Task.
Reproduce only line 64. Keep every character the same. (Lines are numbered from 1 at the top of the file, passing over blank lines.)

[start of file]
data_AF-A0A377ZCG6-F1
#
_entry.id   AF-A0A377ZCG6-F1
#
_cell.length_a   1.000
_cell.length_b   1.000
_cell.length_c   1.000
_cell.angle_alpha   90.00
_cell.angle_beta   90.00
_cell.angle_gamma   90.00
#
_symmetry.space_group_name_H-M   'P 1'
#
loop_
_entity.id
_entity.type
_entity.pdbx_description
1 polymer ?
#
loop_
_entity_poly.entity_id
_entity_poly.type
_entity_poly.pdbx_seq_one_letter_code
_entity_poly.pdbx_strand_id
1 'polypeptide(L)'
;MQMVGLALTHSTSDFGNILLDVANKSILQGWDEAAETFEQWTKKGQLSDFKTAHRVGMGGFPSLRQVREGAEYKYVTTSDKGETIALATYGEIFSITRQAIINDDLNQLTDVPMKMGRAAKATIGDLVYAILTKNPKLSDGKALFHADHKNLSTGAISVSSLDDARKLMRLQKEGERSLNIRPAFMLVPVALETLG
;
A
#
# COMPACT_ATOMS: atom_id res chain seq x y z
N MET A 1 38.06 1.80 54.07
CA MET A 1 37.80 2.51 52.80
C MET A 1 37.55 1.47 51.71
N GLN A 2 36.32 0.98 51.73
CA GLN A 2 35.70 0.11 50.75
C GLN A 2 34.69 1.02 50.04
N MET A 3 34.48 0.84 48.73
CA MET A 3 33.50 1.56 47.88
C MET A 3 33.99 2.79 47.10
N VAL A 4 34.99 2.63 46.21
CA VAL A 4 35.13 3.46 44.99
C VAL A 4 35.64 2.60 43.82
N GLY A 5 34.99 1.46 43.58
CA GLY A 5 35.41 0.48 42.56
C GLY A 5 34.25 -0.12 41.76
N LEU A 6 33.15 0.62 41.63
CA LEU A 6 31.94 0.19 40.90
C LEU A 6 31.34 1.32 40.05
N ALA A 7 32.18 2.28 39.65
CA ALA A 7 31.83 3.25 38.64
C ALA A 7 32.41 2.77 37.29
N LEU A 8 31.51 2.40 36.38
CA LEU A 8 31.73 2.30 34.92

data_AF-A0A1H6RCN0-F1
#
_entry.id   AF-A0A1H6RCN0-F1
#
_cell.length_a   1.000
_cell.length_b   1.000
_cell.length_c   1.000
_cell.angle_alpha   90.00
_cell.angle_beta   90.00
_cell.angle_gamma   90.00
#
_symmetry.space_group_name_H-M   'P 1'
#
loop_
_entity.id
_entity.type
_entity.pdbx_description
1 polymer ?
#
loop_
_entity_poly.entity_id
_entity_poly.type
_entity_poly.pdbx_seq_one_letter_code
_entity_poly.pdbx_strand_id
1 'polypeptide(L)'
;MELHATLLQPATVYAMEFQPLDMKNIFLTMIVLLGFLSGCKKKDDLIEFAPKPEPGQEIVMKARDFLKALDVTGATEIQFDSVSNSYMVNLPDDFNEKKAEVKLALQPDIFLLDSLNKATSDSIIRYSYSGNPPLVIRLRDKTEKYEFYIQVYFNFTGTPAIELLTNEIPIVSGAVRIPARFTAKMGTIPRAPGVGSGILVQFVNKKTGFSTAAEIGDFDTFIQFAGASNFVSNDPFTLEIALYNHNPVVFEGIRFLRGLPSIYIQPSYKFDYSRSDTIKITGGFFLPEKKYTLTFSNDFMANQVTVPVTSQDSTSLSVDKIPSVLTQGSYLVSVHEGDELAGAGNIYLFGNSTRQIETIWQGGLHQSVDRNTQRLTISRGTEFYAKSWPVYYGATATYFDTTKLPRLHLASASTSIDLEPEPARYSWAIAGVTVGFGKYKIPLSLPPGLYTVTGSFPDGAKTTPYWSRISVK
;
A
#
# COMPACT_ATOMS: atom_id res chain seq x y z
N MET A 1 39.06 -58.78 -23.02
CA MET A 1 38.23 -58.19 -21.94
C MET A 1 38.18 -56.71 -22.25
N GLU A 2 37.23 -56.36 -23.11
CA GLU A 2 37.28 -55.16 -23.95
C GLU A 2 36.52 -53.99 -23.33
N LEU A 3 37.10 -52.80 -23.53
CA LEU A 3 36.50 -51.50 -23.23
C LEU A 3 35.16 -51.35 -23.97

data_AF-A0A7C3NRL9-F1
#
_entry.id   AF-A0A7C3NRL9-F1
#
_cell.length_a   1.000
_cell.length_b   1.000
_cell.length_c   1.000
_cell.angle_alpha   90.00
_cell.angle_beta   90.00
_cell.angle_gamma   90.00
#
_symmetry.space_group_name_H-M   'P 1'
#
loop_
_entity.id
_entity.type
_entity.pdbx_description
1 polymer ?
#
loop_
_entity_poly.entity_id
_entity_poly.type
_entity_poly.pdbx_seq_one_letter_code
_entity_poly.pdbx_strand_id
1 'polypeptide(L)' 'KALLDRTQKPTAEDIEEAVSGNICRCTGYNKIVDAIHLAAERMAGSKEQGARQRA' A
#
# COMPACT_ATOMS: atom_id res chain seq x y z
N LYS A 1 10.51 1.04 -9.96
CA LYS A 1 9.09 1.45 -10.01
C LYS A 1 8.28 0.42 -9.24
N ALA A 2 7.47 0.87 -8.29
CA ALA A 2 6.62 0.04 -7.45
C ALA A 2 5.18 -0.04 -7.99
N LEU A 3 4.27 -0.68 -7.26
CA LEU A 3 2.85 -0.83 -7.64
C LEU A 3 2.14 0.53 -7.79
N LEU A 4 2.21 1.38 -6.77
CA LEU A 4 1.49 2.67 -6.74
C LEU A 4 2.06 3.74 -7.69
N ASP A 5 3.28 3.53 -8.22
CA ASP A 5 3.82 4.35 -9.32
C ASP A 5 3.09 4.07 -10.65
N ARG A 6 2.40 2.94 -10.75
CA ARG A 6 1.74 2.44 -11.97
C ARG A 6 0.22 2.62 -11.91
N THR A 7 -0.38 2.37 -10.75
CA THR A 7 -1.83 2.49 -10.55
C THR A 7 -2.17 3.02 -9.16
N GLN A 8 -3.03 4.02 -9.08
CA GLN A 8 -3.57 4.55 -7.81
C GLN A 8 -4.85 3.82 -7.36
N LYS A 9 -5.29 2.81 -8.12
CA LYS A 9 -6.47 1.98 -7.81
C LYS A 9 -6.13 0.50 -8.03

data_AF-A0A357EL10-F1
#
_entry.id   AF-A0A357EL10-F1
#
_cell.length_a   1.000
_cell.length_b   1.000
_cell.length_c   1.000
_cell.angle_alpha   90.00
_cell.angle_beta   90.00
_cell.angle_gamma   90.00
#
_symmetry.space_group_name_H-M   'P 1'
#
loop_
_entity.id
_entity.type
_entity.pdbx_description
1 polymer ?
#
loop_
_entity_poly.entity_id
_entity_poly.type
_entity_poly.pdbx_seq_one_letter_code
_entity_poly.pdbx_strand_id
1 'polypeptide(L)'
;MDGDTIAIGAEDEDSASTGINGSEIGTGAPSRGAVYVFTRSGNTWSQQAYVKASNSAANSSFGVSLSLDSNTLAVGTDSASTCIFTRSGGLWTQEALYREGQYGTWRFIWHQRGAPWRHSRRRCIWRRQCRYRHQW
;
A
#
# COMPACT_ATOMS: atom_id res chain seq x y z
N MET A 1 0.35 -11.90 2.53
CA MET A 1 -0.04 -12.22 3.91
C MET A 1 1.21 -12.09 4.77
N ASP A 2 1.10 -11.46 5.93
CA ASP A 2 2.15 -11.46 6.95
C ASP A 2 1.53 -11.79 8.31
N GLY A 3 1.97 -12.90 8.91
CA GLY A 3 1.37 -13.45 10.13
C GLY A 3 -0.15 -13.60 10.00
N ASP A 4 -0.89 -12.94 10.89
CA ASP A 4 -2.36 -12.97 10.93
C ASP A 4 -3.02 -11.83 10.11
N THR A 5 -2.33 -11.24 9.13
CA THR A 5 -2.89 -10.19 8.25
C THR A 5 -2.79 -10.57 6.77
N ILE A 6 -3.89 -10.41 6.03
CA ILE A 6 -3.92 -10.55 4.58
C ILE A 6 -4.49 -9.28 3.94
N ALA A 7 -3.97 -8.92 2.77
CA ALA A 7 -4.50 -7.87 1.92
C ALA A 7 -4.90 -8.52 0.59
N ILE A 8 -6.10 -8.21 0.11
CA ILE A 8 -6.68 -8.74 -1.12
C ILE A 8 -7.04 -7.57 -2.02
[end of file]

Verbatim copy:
#